Highways England is predicting a smarter generation of motorway road users following a law change allowing learner drivers about to take their driving test to get their first taste of motorway driving.
In the past learner drivers’ first experience of driving at higher speeds had been limited to using dual carriageways and only when they had passed their driving test could they get their first taste of driving on a motorway.
For some newly passed and inexperienced drivers this could prove to be a daunting and often frightening experience.
Now under a change to the law from June 2018, learners will be allowed to drive on motorways with an approved driving instructor (ADI) using a dual controlled car displaying L plates.
Highways England, the body responsible for Britain’s motorways and strategic A roads, says this law change will help develop a smarter generation of motorway road users.
It will allow approved driving instructors (ADI) to teach learners about the specific set of skills associated with using the motorways safely in a practical situation.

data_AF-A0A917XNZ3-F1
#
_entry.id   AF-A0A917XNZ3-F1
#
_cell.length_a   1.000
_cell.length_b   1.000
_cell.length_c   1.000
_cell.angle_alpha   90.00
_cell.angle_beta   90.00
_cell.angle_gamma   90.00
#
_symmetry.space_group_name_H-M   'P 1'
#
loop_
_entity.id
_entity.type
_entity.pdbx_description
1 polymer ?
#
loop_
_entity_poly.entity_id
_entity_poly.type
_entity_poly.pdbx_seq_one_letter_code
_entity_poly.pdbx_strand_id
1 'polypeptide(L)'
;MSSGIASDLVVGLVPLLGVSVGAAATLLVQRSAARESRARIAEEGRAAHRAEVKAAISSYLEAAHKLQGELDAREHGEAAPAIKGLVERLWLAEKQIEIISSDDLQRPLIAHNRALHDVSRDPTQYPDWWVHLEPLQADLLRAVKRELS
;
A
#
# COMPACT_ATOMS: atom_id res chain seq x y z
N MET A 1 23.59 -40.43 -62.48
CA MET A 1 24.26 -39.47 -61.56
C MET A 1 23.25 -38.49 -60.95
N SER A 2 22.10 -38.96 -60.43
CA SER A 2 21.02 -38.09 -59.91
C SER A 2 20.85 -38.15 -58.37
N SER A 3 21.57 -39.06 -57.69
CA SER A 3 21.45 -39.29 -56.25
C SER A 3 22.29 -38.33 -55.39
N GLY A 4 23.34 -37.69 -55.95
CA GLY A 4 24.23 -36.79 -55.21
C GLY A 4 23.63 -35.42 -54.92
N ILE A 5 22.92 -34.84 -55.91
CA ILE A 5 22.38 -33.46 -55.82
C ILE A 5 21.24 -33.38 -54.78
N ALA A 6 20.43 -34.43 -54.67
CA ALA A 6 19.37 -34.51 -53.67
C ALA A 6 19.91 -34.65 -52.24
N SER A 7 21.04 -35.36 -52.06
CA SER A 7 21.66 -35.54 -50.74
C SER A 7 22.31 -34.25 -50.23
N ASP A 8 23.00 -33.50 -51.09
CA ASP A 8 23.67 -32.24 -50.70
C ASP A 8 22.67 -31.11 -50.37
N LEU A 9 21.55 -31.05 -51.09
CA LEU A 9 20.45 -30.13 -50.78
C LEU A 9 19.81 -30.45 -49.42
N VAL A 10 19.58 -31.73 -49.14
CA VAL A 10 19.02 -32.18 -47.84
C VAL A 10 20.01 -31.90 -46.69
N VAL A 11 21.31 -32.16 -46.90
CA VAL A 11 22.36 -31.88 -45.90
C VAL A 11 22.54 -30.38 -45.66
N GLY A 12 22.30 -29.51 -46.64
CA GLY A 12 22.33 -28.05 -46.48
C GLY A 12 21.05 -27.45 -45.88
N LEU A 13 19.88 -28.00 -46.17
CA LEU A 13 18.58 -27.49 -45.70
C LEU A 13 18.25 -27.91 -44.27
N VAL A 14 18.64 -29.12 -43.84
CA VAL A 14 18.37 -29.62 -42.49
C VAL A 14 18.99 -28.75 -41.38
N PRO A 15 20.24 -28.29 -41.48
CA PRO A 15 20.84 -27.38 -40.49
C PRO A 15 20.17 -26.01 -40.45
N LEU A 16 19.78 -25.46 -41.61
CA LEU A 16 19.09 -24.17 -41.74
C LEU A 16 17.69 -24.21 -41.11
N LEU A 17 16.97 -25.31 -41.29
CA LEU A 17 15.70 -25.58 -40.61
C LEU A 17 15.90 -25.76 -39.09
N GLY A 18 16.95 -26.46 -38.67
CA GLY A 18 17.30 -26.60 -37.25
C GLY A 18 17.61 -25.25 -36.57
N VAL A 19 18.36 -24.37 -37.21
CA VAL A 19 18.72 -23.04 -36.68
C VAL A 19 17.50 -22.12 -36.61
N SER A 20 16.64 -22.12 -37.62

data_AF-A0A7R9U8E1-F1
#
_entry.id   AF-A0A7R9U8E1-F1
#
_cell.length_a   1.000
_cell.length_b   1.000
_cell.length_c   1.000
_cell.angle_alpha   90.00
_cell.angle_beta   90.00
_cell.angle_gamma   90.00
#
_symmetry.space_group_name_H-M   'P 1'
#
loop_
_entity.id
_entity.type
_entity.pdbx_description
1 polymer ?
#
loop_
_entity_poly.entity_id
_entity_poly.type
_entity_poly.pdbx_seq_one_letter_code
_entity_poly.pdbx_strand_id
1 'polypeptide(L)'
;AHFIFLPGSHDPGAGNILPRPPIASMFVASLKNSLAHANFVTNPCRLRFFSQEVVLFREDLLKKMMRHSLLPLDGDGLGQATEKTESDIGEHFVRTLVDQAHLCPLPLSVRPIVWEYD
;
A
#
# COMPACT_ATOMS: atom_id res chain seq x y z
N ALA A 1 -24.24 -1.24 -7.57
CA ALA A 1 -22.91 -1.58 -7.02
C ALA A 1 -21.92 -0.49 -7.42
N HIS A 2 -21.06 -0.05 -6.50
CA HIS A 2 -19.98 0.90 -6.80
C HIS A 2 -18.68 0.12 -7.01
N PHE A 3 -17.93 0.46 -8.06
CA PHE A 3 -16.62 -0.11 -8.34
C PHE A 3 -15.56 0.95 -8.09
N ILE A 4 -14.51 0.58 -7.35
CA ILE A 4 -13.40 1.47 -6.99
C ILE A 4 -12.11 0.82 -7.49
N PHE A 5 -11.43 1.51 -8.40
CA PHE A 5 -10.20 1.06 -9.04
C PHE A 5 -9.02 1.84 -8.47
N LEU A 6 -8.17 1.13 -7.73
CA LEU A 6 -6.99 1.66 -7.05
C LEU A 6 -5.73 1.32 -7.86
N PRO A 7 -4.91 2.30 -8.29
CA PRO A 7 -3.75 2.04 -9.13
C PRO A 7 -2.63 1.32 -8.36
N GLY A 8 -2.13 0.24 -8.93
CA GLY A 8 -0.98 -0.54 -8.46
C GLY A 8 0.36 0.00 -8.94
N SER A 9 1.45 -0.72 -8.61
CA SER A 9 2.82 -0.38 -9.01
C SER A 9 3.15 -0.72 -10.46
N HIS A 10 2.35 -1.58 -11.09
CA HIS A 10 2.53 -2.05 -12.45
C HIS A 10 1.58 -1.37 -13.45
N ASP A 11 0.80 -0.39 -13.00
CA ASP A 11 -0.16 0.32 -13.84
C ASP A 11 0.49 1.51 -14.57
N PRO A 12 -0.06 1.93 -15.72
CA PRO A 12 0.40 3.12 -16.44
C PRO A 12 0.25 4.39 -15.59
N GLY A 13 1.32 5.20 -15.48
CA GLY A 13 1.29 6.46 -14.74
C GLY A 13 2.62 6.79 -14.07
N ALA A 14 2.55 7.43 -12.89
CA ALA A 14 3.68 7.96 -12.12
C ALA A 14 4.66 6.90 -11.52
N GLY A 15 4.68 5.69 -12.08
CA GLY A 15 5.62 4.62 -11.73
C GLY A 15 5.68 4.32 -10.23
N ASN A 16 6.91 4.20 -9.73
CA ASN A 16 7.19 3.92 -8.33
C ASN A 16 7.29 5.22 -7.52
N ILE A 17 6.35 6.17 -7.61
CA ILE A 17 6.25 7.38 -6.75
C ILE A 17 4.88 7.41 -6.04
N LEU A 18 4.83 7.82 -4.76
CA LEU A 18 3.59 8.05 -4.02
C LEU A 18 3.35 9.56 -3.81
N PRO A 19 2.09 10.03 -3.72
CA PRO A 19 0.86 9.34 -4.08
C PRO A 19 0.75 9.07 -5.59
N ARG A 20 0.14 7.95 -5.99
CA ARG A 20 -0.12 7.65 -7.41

Head of Road Safety at Highways England, Richard Leonard, said: “Safety is our top priority and we welcome today’s change which will help equip learner drivers to drive safely on motorways when they have passed their tests.
“We look forward to supporting the motorway drivers of tomorrow as they develop these new driving skills and get invaluable practical knowledge and experience of using motorways.”
The changes will allow learner drivers to:
- get broader driving experience before taking their driving test,
- get training on how to join and leave the motorway, overtake and use lanes correctly,
- practise driving at higher speeds and,
- put their theoretical knowledge into practice.
Driver and Vehicle Standards Agency (DVSA) Chief Executive, Gareth Llewellyn, said: “By allowing learners to have lessons on motorways, we are modernising driver training and making sure learners get the skills and experience they need to drive on fast, busy roads.”
The Department for Transport consulted on these changes in December 2016, they received wide support from learner drivers, the driver training industry and road safety organisations and the general public. These changes apply to England, Wales and Scotland only.